Skyline system more extensive in demo than in actual game - Cargo moves along the skyline system independently providing natural hazards to avoid. In the game, other than the first area, the only time cargo moves alone the skyline is when Booker uses a lever a few times to move stationary boxes out of the way.

More dynamic enemies - A man named Charles uses Murder of Crows vigor against the player and crows surround the screen and obstruct the player's view. In the game nothing this elaborate is used against the player. During the handyman fight, he throws a galloping horse back at Booker and Elizabeth and also catches something that Booker throws at him. An enemy starts to sound a huge alarm and Booker has to kill him before he does.

More physicality - The player can sprint at people to knock them back. The player can zoom in, and look at things closely without using a sniper scope. He can melee enemies off the skyline. While riding the Skyline, Booker is vocally animated when jumping between lines. He yells and has flailing arms.

Elizabeth has powers - Elizabeth creates a storm cloud by shooting some sort of beam from her hand. She then tells Booker, "Hit it now" and Booker shoots electricity into the cloud, frying a huge group of enemies. Elizabeth, acts independently and creates a huge fireball out of pots and pans that Booker uses to "throw" at a group of enemies. During the handyman fight, Elizabeth uses some kind of beam from her hand to help Booker bring down a bridge on top of the Handyman. Booker uses a vigor to levitate enemies and then instructs Elizabeth to materialize a moving box on the rail system which smashes into the levitating enemies. Elizabeth is physically drained from using her awesome powers and is coughing and gripping her midsection in pain saying, "I'm okay, I just need a moment."

In the game, Elizabeth picks locks on doors, throws you items and leans against walls. Revolutionary - IGN.

Booker searches a barrel and discovers several things that aren't in the game, like a melee weapon called the executioner which looks like a sword. Also something which affects movement called spring-heeled. In the actual game, you cannot switch melee weapons, nor can you upgrade your movement at all.

An enemy taunts Elizabeth somewhat sexually, which scares her and causes Booker to draw his weapon on the man, chasing him away without gunplay. Nothing like this ever occurs Enemies don't even acknowledge Elizabeth nor do people on the street. You certainly can't interact with the environment by drawing your weapon and threatening, which is what this scene implies.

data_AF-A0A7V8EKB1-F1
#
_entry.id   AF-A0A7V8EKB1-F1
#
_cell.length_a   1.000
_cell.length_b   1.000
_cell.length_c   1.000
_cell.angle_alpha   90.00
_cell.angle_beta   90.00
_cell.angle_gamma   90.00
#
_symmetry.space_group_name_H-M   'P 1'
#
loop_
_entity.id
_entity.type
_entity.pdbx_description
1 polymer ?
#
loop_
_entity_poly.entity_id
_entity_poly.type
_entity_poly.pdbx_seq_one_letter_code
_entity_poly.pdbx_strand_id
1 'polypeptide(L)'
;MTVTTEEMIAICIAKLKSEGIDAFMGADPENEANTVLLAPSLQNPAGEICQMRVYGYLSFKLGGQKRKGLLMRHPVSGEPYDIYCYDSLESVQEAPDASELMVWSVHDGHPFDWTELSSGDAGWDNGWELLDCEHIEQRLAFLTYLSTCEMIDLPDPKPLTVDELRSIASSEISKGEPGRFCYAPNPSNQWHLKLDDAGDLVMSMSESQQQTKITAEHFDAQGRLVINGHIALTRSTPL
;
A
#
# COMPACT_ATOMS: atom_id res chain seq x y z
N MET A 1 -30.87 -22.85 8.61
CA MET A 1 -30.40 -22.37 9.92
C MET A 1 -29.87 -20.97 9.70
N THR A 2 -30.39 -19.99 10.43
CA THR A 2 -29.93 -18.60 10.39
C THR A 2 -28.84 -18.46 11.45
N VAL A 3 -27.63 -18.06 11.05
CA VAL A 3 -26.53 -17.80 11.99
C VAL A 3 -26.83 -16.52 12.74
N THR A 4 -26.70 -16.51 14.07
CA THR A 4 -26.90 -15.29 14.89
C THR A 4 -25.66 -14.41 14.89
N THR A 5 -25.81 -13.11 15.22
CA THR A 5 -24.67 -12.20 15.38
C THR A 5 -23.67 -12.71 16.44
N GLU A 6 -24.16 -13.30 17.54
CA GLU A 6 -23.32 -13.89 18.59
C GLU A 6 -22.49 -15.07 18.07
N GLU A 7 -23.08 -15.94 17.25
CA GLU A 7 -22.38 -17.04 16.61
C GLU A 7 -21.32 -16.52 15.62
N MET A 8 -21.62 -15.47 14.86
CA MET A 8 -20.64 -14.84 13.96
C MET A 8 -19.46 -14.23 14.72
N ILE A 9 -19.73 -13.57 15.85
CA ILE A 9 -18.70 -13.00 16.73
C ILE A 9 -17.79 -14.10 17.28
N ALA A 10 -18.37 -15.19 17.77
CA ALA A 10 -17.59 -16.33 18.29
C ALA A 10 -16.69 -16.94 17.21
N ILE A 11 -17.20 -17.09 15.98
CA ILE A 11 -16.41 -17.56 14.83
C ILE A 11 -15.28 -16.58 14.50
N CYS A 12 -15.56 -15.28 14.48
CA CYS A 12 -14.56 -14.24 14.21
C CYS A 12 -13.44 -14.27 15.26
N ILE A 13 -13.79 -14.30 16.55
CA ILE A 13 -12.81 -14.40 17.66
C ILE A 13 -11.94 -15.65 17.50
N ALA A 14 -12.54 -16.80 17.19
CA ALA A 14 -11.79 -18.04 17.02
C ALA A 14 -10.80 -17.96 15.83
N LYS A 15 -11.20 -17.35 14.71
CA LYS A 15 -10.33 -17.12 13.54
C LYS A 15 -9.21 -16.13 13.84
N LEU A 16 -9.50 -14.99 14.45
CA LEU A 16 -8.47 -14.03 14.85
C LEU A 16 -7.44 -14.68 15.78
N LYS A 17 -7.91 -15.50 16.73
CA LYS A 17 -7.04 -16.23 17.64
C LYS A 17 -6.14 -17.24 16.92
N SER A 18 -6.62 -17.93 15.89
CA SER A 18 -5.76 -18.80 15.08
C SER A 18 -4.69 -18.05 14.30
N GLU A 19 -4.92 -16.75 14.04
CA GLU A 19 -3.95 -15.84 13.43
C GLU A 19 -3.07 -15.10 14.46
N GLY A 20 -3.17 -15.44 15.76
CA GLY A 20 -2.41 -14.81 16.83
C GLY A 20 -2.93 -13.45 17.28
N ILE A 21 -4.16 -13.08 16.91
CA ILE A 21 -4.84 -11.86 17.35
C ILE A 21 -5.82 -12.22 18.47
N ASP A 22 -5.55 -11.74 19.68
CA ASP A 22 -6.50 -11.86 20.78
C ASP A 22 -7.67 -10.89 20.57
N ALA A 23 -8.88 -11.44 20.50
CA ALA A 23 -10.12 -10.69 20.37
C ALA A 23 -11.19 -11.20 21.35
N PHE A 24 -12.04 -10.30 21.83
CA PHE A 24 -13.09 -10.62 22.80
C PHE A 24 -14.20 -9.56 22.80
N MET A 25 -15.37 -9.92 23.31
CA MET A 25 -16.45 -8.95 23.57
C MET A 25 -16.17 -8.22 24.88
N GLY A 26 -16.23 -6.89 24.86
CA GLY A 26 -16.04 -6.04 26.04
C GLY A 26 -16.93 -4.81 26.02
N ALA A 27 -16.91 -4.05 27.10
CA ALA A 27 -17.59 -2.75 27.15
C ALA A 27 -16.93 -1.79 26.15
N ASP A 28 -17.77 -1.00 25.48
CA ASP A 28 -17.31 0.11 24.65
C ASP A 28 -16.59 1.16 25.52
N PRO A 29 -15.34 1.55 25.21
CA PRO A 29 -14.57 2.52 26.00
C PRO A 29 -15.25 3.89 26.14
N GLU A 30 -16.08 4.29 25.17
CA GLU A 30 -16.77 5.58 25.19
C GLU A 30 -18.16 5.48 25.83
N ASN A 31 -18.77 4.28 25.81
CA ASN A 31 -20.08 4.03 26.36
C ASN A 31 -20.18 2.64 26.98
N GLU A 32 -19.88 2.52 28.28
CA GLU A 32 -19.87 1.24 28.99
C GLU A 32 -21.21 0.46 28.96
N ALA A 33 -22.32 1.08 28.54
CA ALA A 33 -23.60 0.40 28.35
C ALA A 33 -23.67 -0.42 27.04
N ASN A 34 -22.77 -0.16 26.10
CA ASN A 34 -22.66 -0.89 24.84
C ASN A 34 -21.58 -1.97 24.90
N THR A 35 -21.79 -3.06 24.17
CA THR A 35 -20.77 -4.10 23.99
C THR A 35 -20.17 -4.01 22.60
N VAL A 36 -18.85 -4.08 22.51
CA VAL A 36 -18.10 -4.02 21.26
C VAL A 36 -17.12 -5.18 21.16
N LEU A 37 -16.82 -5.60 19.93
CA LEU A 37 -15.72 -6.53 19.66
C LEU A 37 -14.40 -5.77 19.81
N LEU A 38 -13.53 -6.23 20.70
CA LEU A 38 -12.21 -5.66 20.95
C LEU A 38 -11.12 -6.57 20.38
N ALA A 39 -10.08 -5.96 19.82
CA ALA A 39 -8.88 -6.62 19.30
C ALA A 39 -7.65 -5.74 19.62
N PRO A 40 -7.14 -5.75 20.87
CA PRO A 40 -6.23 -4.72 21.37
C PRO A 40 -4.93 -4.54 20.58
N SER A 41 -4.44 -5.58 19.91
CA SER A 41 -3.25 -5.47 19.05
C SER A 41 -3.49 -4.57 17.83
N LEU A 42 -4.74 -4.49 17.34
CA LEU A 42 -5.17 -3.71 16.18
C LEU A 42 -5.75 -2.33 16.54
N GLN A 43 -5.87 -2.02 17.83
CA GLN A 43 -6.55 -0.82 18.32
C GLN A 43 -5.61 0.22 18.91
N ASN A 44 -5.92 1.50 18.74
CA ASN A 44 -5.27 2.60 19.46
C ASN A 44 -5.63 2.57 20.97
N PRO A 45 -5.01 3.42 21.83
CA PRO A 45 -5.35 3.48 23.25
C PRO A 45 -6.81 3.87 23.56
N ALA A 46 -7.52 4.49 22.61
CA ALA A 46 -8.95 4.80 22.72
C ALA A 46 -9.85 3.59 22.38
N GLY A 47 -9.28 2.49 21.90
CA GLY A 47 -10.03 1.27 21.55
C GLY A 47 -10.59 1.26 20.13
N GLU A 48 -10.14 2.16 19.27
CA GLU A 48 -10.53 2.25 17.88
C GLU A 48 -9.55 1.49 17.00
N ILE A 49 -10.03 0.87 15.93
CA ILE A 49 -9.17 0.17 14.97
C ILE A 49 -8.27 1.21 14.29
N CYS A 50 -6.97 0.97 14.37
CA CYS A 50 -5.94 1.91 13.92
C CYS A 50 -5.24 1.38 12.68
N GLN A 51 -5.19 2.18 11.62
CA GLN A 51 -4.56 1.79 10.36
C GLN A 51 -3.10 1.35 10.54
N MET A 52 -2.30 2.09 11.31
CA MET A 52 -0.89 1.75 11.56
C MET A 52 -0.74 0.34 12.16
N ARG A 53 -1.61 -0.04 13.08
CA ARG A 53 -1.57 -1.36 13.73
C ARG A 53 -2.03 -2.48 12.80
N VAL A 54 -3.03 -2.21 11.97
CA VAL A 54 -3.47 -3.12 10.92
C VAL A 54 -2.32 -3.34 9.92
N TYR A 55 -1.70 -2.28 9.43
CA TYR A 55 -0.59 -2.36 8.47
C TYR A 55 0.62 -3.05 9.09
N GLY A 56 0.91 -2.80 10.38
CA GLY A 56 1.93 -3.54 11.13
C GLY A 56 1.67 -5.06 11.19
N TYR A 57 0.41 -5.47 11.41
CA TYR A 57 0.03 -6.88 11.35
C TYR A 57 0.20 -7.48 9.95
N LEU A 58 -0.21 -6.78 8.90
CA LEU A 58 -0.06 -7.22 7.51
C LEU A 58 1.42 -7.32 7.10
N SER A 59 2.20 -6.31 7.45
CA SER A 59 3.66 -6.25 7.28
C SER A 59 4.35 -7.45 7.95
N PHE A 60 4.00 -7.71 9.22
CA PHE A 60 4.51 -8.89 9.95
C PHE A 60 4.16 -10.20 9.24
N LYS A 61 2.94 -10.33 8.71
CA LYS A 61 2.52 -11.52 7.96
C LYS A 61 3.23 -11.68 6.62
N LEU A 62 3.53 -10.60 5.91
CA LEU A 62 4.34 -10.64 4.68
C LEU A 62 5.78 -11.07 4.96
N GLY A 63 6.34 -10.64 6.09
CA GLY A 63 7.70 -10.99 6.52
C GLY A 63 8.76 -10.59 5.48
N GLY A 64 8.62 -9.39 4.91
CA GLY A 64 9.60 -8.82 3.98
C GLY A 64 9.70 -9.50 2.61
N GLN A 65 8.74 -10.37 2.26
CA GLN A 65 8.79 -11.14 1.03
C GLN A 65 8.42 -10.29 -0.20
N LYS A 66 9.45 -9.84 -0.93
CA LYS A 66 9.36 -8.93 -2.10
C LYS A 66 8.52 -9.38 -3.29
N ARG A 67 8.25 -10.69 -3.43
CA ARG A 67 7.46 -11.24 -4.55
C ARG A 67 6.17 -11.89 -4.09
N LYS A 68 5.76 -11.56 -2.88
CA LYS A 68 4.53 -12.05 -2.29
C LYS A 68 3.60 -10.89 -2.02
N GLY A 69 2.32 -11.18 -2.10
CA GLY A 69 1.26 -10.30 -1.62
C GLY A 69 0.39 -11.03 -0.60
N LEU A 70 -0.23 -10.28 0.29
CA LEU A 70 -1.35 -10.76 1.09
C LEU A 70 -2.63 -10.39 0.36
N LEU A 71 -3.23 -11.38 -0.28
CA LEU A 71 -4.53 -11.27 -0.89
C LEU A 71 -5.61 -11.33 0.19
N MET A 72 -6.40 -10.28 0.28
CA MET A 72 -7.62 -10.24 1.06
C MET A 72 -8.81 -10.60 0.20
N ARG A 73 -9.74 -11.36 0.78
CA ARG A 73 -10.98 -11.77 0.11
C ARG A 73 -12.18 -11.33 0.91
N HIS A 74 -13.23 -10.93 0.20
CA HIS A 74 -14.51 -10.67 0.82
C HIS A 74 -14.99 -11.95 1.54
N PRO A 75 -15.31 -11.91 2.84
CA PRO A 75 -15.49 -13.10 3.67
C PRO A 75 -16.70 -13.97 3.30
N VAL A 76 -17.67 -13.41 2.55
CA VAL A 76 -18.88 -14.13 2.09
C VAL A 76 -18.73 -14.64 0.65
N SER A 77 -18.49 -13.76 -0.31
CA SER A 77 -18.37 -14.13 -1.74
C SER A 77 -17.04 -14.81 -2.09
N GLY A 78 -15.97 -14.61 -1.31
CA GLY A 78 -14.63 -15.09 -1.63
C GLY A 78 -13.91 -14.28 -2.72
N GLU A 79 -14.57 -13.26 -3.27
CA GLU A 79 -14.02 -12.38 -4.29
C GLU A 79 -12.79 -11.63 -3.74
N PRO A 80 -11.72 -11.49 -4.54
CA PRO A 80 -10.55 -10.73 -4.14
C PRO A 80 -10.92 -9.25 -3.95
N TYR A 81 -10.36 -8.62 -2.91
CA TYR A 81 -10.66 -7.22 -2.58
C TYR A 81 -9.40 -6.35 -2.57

The Vox rebellion is shown as the Vox are rounding up Columbia's citizens and harassing them. In the game, the rebellion takes place completely off screen. A citizen is thrown through a window on the street by the Vox and they are holding an informal trial type of execution for one of Comstock's men for his crimes. Booker is given the choice to intervene or not.

It's crazy that people were up in arms over Aliens Colonial Marines looking a bit shitter graphical on release than the trailers, but this gets a pass.

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I can totally see why people don't like the game, but I loved the combat, found myself totally caught up in the story and the whole mystery- it really worked for me.

I never watched the trailers for it, so it didn't bother me what changed during development- I enjoyed the game I got. Which is just an awkward segue into the trailer for the second part of the DLC. :)

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Just loaded this up on the PS3 and the intro is stunning. Plays brilliantly with the PS4 pad too.

I loved the intro to the original Bioshock but thought the game (particularly the combat) was shit. I take it it's still worth giving this one a proper go, yeah?

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Now watch the 10 minute trailer of "everything is in-game footage" and see how different it is to the game we got.

It's crazy that people were up in arms over Aliens Colonial Marines looking a bit shitter graphical on release than the trailers, but this gets a pass.

Just rewatched that trailer the other day. Bang on.

Weird, I remember being really blown away for the first few sittings, then slowly getting less interested, laughing at Lady Comstock, audibly tutting during a later Handyman fight and eventually watching the ending on YouTube after dying at the end.

As an equivelant, it reminded me of Donnie Darko and The Dark Knight in how it became faaar less clever the more you thought about it.

The staging in both The Hall of Heroes and first coming out into the revolution-y bit were very impressive though. Reminded me of the better bits of Gangs of New York.

Dunno why it's movies that spring to mind when I'm thinking about this. That first gameplay trailer didn't remind me of any movie I've seen.

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  • 2 weeks later...